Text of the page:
Toward the end of the Clinton-Gore administration, there had been a surge in the declassification of records that exposed the dark underbelly of the U.S. “victory” in the Cold War, records showing American knowledge and complicity in murder, torture and other crimes in places such as Guatemala, El Salvador, Nicaragua, Chile and Argentina... A continuation of these historical disclosures under Gore might have given the American people a more balanced awareness of what had been done in their name in the four-decade-long struggle with the Soviet Union... Under a newly applicable presidential records law, those documents would have included papers from Ronald Reagan’s presidency, documents that could have implicated Bush’s father, Vice President George H.W. Bush, in misjudgments and wrongdoing... One of Bush’s first acts after being inaugurated President on Jan. 20, 2001, was to stop the scheduled release of documents from the Reagan-Bush administration. Supposedly, the delay was to permit a fuller review of the papers, but that review was strung out through Bush’s first several months in office... On Nov. 1, 2001, Bush issued Executive Order 13233, which effectively negated the 1978 Presidential Records Act by allowing presidents, vice presidents and their heirs the power to prevent many document releases... Eight years earlier, the senior George Bush had tried to undercut the Presidential Records Act before leaving office... In 1995, a federal judge struck down the Bush-Wilson agreement, in effect, resuming the countdown toward the first implementation of the Presidential Records Act in 2001... Facing that deadline while taking the oath of office on Jan. 20, 2001, George W. Bush had his White House counsel Alberto Gonzales draft up paperwork that first suspended and then gutted the law. Bush’s Nov. 1, 2001, executive order granted former national executives – and their families – the right to control the documents indefinitely... Bush’s order amounted to a grant of hereditary power over the nation’s history. Because of his father’s 12 years as Vice President and President and his own possible eight years as President, Bush’s order could mean that control over 20 years of American history might someday be invested in the hands of the Bush Twins, Jenna and Barbara... George W. Bush has even moved aggressively to reclassify documents that had previously been released. A study by the privately funded National Security Archive at George Washington University found that more than 55,000 pages of records have been taken off the shelves of publicly available documents.So here's the thing: If you're old enough to remember or have seen the re-runs, you know the methods "super-villains" devised to execute Batman & Robin? Elaborate, unnecessarily complicated, slow... fun for campy TV, but not what one would emulate as a problem-solving method in the real world, right? So, I wonder, why the hell are there any documents to worry about, anyway? Why not just shred or hide them from the beginning, so the problem would never arise?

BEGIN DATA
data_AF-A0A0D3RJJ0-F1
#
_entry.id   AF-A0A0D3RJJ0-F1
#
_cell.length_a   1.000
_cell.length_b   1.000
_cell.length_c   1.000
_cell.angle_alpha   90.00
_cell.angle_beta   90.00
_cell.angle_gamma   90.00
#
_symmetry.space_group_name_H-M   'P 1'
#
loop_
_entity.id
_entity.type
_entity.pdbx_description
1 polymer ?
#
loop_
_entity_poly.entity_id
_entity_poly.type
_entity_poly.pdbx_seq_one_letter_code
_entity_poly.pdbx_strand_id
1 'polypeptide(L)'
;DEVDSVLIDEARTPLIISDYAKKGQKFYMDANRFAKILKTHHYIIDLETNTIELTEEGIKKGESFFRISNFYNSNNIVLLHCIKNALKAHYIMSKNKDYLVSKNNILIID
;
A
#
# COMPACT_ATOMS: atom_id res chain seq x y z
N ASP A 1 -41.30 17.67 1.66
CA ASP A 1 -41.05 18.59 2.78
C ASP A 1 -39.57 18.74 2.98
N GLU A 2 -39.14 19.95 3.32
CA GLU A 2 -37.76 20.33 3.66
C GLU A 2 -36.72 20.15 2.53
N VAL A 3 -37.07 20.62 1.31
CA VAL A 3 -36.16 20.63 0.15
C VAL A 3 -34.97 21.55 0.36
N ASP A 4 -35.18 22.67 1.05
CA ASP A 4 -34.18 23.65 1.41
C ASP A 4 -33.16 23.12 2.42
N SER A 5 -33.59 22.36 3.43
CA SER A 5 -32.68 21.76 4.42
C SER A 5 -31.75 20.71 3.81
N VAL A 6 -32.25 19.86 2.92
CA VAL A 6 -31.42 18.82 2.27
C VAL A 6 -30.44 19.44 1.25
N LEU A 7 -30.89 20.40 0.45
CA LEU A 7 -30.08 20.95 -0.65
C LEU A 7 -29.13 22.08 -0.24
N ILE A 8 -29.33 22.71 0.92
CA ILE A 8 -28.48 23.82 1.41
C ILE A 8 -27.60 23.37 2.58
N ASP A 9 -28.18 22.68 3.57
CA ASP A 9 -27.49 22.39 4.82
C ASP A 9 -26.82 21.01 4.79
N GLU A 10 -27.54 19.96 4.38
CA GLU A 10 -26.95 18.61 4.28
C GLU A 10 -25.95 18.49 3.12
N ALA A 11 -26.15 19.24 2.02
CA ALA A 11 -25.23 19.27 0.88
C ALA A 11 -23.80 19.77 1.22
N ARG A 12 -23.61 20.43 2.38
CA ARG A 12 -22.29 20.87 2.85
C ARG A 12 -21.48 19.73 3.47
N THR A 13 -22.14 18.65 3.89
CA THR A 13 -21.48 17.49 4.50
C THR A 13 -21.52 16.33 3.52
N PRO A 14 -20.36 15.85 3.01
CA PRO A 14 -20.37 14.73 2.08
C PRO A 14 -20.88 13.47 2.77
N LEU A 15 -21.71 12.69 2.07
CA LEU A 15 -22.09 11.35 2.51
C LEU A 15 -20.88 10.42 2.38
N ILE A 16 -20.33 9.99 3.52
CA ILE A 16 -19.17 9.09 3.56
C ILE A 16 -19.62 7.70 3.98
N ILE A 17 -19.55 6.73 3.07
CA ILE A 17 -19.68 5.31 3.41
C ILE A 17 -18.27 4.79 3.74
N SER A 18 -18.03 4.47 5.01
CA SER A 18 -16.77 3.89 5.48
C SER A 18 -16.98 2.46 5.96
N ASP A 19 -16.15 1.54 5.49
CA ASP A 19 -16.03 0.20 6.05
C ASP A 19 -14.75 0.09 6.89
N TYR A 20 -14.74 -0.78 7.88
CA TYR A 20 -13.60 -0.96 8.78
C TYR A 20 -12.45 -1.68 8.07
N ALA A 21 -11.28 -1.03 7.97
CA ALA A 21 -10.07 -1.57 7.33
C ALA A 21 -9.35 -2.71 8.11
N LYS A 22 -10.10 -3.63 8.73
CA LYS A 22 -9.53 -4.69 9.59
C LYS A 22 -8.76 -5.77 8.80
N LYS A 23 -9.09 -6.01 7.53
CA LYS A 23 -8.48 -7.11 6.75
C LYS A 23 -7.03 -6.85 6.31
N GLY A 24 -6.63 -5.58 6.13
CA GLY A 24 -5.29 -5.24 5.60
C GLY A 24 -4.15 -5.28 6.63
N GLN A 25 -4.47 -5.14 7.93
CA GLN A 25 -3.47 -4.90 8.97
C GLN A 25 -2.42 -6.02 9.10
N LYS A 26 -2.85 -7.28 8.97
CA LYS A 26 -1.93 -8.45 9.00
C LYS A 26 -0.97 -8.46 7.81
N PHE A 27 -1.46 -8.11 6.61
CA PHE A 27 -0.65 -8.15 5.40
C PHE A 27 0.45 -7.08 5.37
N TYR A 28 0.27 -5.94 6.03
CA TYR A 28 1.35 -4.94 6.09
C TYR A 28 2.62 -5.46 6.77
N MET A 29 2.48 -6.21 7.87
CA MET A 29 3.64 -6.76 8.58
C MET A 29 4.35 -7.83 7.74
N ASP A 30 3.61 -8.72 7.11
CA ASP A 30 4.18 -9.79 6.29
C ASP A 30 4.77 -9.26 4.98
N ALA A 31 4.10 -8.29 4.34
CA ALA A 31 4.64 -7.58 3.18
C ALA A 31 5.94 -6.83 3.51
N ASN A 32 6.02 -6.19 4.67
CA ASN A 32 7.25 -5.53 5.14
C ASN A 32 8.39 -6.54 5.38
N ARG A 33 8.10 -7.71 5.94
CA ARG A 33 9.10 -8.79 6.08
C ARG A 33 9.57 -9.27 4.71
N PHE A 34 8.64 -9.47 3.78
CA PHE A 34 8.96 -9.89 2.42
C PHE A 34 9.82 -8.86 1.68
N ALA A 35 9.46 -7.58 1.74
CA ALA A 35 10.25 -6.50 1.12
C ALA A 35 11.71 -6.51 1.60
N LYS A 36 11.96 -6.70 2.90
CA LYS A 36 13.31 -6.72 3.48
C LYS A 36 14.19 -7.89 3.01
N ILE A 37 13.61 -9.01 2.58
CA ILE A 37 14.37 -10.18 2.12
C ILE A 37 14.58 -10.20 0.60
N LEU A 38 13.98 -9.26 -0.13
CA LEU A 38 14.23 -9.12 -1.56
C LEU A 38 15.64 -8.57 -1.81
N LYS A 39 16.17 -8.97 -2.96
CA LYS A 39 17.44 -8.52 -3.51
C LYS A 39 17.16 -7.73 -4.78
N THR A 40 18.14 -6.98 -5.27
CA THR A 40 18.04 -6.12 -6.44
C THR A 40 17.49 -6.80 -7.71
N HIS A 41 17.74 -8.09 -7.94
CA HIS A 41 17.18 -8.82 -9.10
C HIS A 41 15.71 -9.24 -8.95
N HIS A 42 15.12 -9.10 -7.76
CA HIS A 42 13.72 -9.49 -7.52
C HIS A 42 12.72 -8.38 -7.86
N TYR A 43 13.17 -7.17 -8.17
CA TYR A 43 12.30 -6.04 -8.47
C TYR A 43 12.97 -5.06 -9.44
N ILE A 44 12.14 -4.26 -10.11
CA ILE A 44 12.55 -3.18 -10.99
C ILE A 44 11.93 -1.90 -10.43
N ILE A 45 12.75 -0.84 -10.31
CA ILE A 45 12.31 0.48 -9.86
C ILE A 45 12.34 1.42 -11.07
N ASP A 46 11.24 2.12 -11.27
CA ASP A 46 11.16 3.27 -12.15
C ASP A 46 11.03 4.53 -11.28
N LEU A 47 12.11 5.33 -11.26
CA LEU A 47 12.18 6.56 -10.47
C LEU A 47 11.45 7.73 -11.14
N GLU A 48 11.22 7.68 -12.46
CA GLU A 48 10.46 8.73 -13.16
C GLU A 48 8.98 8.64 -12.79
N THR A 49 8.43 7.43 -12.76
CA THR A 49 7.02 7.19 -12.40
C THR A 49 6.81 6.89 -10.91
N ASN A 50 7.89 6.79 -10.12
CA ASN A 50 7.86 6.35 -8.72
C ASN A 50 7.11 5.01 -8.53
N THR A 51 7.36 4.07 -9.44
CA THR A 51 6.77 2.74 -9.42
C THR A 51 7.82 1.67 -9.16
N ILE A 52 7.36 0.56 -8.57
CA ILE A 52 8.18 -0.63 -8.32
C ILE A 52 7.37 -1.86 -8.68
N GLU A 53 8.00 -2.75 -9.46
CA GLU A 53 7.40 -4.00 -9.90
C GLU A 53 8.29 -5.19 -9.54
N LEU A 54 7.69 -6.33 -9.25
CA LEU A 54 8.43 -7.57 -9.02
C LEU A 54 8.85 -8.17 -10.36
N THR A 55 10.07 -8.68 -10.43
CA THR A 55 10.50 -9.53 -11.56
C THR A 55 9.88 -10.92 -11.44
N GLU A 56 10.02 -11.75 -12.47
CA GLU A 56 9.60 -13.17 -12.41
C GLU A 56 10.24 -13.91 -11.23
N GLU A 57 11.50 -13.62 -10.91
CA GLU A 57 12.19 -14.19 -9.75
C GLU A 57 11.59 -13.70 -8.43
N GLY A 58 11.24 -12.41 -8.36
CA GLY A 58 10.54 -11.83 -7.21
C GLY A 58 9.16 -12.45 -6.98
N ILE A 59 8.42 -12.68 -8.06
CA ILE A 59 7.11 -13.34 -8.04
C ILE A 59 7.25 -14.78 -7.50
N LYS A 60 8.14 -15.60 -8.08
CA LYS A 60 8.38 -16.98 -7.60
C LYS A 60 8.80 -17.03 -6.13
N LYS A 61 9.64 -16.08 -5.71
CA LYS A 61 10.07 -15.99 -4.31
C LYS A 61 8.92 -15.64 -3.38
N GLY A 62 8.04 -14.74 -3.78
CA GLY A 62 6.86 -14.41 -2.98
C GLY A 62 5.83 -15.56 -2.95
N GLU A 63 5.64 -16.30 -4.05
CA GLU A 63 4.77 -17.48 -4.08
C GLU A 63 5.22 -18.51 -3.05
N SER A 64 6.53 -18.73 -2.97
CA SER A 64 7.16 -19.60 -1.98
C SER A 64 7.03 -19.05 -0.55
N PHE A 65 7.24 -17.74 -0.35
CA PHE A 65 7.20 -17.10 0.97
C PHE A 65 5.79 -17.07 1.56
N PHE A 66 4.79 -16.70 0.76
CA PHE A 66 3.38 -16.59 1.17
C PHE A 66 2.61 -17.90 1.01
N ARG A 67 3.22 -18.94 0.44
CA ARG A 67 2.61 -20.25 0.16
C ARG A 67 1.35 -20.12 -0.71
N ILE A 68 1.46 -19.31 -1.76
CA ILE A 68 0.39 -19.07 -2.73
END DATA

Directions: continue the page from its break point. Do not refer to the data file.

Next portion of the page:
Wednesday, March 15, 2006
The Batman Super-Villain Method of Damage Control
From an article called Bush's War on History: